Monday, March 23, 2009

At the Movies - I Love You, Man(k)

Lyons: Dude, can we be, like, best friends?
Mank: No.
Lyons: But you told the AP that you like talking to me about movies and . . .
Mank: Fine. Casual lunch or after work drinks. You're not taking me to see Twilight.
Lyons: Oh, God, I love that movie!
Last week on At the Movies, we had the spectacle of Ben Lyons hailing the movie I Love You, Man as being "quotable". More importantly, this blurb turned out to be quotable itself, as it ended up on the television advertising campaign for the movie. An alert reader even pointed out that The Onion ridiculed this blurb on their Tolerability Index.

The blurb seems to have been removed from the ad and from the show as well. This week, I Love You, Man was reviewed again (just as Watchmen was last week) but this blurb was not repeated.

We did, however, get a treat in the form of Ben's continuing struggles with the English language. In his review of Duplicity he says: "Tony Gilroy, who is one of the more accomplished writers in Hollywood, has finally caught the directing bug." Usually somebody is referred to having caught the "acting bug" as having an addictive love of the craft, not simply having been given the opportunity. You get the sense from Lyons, on the other hand, that Gilroy was sitting around and writing all these years and suddenly decided that he wanted to direct--which is highly unlikely.


Anonymous said...

Do you think Ben has had plastic surgery? Every time I see him, I think he's had Botox- at the very least.

The frozen smile, the smooth skin, the stiff face. The fact that he looks almost nothing like Crappy Film Critic Senior. He might really have had work done.

Certainly on his teeth. No one has teeth so even and so white.

Scott said...

And he must have also forgotten the fact that Gilroy has already directed...little film called Michael Clayton, maybe he missed that, and the two Oscar noms Gilroy got for it.

Anonymous said...

Actually, I just watched it back on my DVR. What Lyons actually says is:

"Tony Gilroy, who is one of the more accomplished writers in Hollywood, has finally caught the directing bug and he did “Michael Clayton” from two years back and with “Duplicity” he’s developing a nice body of work."

Anonymous said...

Did you know that a paper wrote a story about that veiled smackdown Roger Ebert gave Ben Bubblehead on his blog? And they wanted Roger Ebert's comment for the article and he declined? That's pretty classy. Some idiot not fit to be your intern destroys a show you've had for thirty years and someone wants to give you an opportunity to say your piece and you say no.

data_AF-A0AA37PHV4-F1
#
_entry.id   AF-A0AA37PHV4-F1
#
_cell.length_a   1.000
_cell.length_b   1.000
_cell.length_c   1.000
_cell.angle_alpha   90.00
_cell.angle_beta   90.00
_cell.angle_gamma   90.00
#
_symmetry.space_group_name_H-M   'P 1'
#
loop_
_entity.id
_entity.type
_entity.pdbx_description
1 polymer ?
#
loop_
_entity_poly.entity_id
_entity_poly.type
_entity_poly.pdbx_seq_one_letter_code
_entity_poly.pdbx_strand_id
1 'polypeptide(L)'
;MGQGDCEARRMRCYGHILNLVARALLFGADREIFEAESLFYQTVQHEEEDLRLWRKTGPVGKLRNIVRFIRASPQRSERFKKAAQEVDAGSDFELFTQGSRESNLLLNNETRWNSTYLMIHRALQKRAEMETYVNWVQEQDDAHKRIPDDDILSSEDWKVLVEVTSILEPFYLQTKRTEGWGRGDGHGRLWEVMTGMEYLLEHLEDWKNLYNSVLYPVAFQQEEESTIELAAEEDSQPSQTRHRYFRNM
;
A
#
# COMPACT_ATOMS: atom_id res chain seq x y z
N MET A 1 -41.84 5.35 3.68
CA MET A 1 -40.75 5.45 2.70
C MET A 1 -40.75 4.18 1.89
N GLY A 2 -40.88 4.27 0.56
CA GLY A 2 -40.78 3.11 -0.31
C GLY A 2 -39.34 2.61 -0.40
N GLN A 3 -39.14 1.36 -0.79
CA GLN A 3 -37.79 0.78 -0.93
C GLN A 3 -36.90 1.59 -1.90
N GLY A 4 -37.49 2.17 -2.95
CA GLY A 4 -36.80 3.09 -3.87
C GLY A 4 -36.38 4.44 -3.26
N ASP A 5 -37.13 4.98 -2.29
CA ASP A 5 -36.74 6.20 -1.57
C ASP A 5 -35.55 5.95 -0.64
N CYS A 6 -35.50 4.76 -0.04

Anonymous said...

Oh big deal Scott, so he got quoted. Ebert has been quoted more than most critics will ever dream of. A lot of critics get quoted in an ad from time to time. Get over it.

Scott said...

Are you Jeffrey Lyons?

Anonymous said...

Scott....why do you hate Ben Lyons so much? If the your only answer is "he is a moron" or "he has no idea what he is talking about" doesn't justify(in my eyes)to hate someone. Also the comment above me is right, unless your implying he says those JUST to be get his name across.

Scott said...

If you want to know why I "hate" Ben Lyons, or why I think he is a "moron"--and while I sometimes use terms like that, I generally try to avoid them--it is because, yes, he throws out blurbs just so that he can get quoted, rather than offer a more intelligent or even critical view of the movies that he is reviewing. I have tried to make that clear on this blog and you can see that from some of the "Ben Lyons Highlights" links that I have posted on the right column.

He is a symptom of the decline of film criticism and does not deserve to be on the show. There are many other intelligent film critics who are much more capable than Lyons but the producers chose to go with him in the hopes of getting the dimwitted teen demographic (as opposed to the intelligent teen demo).

His presence on At the Movies, the most watched review show on TV, feeds into the concept of the film critic as the lapdog of Hollywood, rather than the astute and independent critic of the industry. This, at a time when film critics around the country are being laid off from their newspaper jobs.